California Horseback Riding Trails and Maps

1031 Reviews

Looking for the best Horseback Riding trails around California?

Find the top rated horseback riding trails in California, whether you're looking for an easy short horseback riding trail or a long horseback riding trail, you'll find what you're looking for. Click on a horseback riding trail below to find trail descriptions, trail maps, photos, and reviews.

City Trails and Maps in California

Accordion
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Activities
Length
Surfaces
Type
56 Results
Activities
Length
Surfaces
Type

Alameda Creek Regional Trail

22.1 mi
State: CA
Asphalt, Crushed Stone

Aliso Creek Riding and Hiking Trail

18.4 mi
State: CA
Asphalt, Sand

Almanor Rail Trail

13 mi
State: CA
Ballast, Dirt, Gravel

Amargosa River Trail

6 mi
State: CA
Dirt

Baquiano Trail

0.97 mi
State: CA
Dirt

Bizz Johnson National Recreation Trail

25.4 mi
State: CA
Dirt, Gravel

Bud Turner Trail

1.84 mi
State: CA
Dirt, Woodchips

Contra Costa Canal Trail

13.8 mi
State: CA
Asphalt

Coyote Creek Trail (San Jose)

22.1 mi
State: CA
Asphalt, Crushed Stone

Crystal Springs Regional Trail

16.5 mi
State: CA
Asphalt, Dirt

Devil's Slide Trail

1.2 mi
State: CA
Asphalt

Dry Creek Parkway

7.5 mi
State: CA
Asphalt

Duarte Recreational Trail

1.6 mi
State: CA
Asphalt

El Cajon Trail

4 mi
State: CA
Asphalt, Concrete

El Dorado Trail

35.9 mi
State: CA
Asphalt, Dirt, Gravel

Elk Grove Creek Trail

8.6 mi
State: CA
Asphalt, Concrete

Great Shasta Rail Trail

43 mi
State: CA
Cinder

Grimshaw Lake Watchable Wildlife Trail

1 mi
State: CA
Dirt, Gravel

Hammond Trail

5.5 mi
State: CA
Asphalt, Dirt
Accordion

Hicks Canyon Trail

2 mi
State: CA
Asphalt, Concrete, Crushed Stone

Hornbeck Trail

4 mi
State: CA
Dirt

Humbug-Willow Creek Trail

18 mi
State: CA
Asphalt

Joe Rodota Trail

7.7 mi
State: CA
Asphalt

Juanita Cooke Greenbelt

2.5 mi
State: CA
Dirt, Woodchips

Lafayette-Moraga Regional Trail

7.65 mi
State: CA
Asphalt, Concrete

Lewis S. Eaton Trail

5.9 mi
State: CA
Asphalt

Merced River Trail

13.1 mi
State: CA
Ballast, Dirt

Mid-Town Trail

0.5 mi
State: CA
Asphalt

Modoc Line Rail Trail

86 mi
State: CA
Ballast, Cinder, Gravel

Mori Ridge Trail

1.17 mi
State: CA
Dirt

Mt. Lowe Railroad Trail

5.8 mi
State: CA
Ballast, Dirt

Nimitz Way

4.1 mi
State: CA
Asphalt

Obern Trail

3.6 mi
State: CA
Asphalt

Ojai Valley Trail

9.3 mi
State: CA
Asphalt

Old Railroad Grade

4.4 mi
State: CA
Ballast, Dirt

Pacific Electric Inland Empire Trail

18.1 mi
State: CA
Asphalt, Concrete, Crushed Stone

Petaluma Trails

12.5 mi
State: CA
Asphalt, Dirt

Peters Canyon Bikeway

2.9 mi
State: CA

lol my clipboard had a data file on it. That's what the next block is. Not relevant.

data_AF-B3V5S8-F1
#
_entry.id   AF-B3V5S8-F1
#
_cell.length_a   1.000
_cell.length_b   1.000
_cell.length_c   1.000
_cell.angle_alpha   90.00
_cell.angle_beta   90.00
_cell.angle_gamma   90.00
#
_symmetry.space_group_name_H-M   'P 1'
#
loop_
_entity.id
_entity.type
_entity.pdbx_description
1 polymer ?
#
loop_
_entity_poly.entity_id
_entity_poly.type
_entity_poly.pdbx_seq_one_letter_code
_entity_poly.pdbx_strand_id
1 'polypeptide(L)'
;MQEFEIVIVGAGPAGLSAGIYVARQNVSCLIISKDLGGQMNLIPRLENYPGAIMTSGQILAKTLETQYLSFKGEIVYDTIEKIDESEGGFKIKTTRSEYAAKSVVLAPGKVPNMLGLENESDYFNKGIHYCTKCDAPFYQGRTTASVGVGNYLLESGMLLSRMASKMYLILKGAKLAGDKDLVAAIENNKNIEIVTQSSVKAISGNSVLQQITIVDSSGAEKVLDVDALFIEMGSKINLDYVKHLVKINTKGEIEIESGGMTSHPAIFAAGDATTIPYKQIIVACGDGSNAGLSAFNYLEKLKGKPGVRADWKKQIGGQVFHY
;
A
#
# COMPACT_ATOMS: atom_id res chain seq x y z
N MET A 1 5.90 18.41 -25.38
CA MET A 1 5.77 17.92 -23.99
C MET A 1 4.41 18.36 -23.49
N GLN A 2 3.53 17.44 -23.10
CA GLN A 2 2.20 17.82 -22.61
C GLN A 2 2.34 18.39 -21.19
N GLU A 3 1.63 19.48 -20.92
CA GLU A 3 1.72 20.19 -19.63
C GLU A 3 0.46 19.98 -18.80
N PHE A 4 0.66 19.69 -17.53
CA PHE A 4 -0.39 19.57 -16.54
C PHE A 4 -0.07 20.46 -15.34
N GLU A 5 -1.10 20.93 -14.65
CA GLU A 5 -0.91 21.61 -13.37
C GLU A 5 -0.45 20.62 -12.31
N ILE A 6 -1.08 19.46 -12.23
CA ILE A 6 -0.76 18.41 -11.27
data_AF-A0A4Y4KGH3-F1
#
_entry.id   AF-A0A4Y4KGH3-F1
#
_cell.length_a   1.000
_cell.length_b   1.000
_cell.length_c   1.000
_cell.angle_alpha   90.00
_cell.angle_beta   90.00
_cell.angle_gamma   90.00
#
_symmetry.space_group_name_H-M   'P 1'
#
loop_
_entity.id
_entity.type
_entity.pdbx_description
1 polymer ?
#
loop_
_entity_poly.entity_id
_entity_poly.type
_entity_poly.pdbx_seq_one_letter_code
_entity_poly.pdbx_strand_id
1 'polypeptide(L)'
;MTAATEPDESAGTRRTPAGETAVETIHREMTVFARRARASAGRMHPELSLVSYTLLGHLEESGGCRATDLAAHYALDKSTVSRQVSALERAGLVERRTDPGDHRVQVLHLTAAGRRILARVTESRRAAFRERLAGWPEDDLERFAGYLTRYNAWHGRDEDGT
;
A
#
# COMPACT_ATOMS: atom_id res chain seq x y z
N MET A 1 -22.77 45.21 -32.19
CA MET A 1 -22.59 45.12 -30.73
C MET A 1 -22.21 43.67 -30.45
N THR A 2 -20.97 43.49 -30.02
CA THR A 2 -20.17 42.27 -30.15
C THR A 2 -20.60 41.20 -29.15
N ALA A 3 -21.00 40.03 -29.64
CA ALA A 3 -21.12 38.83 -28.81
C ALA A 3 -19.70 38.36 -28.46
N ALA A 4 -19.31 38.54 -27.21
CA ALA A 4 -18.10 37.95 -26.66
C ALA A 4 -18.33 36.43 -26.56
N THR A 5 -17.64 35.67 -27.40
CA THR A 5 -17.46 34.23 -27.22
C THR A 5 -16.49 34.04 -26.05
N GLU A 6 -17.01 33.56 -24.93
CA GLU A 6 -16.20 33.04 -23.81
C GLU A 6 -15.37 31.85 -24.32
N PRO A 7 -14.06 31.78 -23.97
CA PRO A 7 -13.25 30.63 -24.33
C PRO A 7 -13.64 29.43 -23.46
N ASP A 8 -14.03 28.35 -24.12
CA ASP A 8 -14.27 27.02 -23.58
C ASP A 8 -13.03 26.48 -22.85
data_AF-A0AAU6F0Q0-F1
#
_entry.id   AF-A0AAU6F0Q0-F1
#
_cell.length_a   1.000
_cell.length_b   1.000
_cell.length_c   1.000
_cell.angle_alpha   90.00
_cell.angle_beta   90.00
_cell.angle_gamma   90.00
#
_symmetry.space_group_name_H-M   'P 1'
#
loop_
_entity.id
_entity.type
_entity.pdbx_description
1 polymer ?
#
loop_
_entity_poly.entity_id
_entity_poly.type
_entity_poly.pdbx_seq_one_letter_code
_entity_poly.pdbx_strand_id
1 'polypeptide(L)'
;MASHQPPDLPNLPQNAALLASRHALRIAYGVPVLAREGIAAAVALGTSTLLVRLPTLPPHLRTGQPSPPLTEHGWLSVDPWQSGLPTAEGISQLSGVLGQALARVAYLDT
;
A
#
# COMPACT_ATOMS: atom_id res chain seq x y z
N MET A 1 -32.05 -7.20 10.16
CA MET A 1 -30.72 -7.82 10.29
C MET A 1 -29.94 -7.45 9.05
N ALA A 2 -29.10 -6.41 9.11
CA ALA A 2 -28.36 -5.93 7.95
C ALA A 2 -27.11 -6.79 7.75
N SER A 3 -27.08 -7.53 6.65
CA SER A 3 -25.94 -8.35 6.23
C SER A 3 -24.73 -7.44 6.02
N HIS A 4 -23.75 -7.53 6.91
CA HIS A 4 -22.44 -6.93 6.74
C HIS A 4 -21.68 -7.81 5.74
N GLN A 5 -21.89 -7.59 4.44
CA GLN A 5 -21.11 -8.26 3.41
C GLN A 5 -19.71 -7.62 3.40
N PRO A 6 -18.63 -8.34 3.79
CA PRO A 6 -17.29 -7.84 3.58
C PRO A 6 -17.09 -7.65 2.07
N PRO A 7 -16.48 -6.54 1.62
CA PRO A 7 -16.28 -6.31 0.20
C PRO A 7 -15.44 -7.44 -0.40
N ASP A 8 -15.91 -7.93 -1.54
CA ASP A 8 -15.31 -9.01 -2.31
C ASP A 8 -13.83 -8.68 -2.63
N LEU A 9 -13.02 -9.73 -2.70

Asphalt, Concrete, Crushed Stone

Quarry Lakes Regional Recreation Area Trails

5.38 mi
State: CA
Crushed Stone

Rincon Bike Trail

3.6 mi
State: CA
Asphalt

Sacramento Northern Bikeway

9.8 mi
State: CA
Asphalt

Salt Creek Trail (CA)

5 mi
State: CA
Asphalt, Concrete, Crushed Stone

San Juan Creek Trail

6 mi
State: CA
Asphalt, Concrete

Santa Ana River Trail

50.3 mi
State: CA
Asphalt, Concrete

Santa Fe Trail (Tulare)

4.5 mi
State: CA
Asphalt, Dirt

Santa Fe Trail (Visalia)

2.5 mi
State: CA
Asphalt

Santa Gertrudis Creek Trail

3 mi
State: CA
Asphalt

Sneath Lane Trail

1.68 mi
State: CA
Asphalt, Dirt

Sweeney Ridge Trail

2.17 mi
State: CA
Asphalt, Dirt

West County Regional Trail

5.9 mi
State: CA
Asphalt

West Irvine Trail

1.7 mi
State: CA
Asphalt, Concrete, Crushed Stone
Trail Image Trail Name States Length Surface Rating
The Alameda Creek Regional Trail runs from the mouth of Niles Canyon in Fremont to the San Francisco Bay, allowing recreational access to the levees on both sides of Alameda Creek and its flood...
CA 22.1 mi Asphalt, Crushed Stone
The Aliso Creek Riding and Hiking Trail passes through the heart of Mission Viejo from South Laguna to Rancho Santa Margarita along an 18.5-mile corridor. The trail features many parks in Orange...
CA 18.4 mi Asphalt, Sand
This 13 mile, non-motorized, multi-use trail is currently being improved to create a smoother tread surface for equestrians, hikers and bikers. It extends from downtown Chester where it crosses Main...
CA 13 mi Ballast, Dirt, Gravel
The Amargosa River Trail follows the course of the river canyon of the same name, between China Ranch and the small community of Tecopah. Part of the route follows the former corridor of the...
CA 6 mi Dirt
The American River Bike Trail (a.k.a. the Jedediah Smith Memorial Trail) hugs the banks of the American River as it flows through riparian habitat preserved by the American River Parkway. The trail...
CA 32 mi Asphalt
The Baquiano Trail is one trail of many in beautiful Sweeney Ridge, a prime bicycling and hiking area in San Mateo County. The trail climbs 550 feet from a junction with two hiking trails in the west...
CA 0.97 mi Dirt
The spectacular Bizz Johnson National Recreation Trail runs between Westwood and Susanville in Lassen County. It cuts through the thick woodlands of the high country into the awesome Susan River...
CA 25.4 mi Dirt, Gravel
Experience the easy life of the West Coast on Orange County's Bud Turner Trail. Set in a quiet neighborhood in the city of Fullerton, the trail is ideal for all types of trail use and uniquely caters...
CA 1.84 mi Dirt, Woodchips
The Contra Costa Canal Trail forms a horseshoe shape route, traversing through the urban and neighborhood landscape of Martinez, Pleasant Hill, Walnut Creek and Concord. The trail follows the canal of...
CA 13.8 mi Asphalt
For most of its length, the scenic Coyote Creek Trail meanders along its namesake creek south of the city of San Jose. South of Metcalf Road, an equestrian trail parallels the paved trail. A smaller...
CA 22.1 mi Asphalt, Crushed Stone
The Crystal Springs Regional Trail is a developing network made up of three distinct portions: the San Andreas segment, Sawyer Camp segment and Crystal Springs segment. The two northern segments are...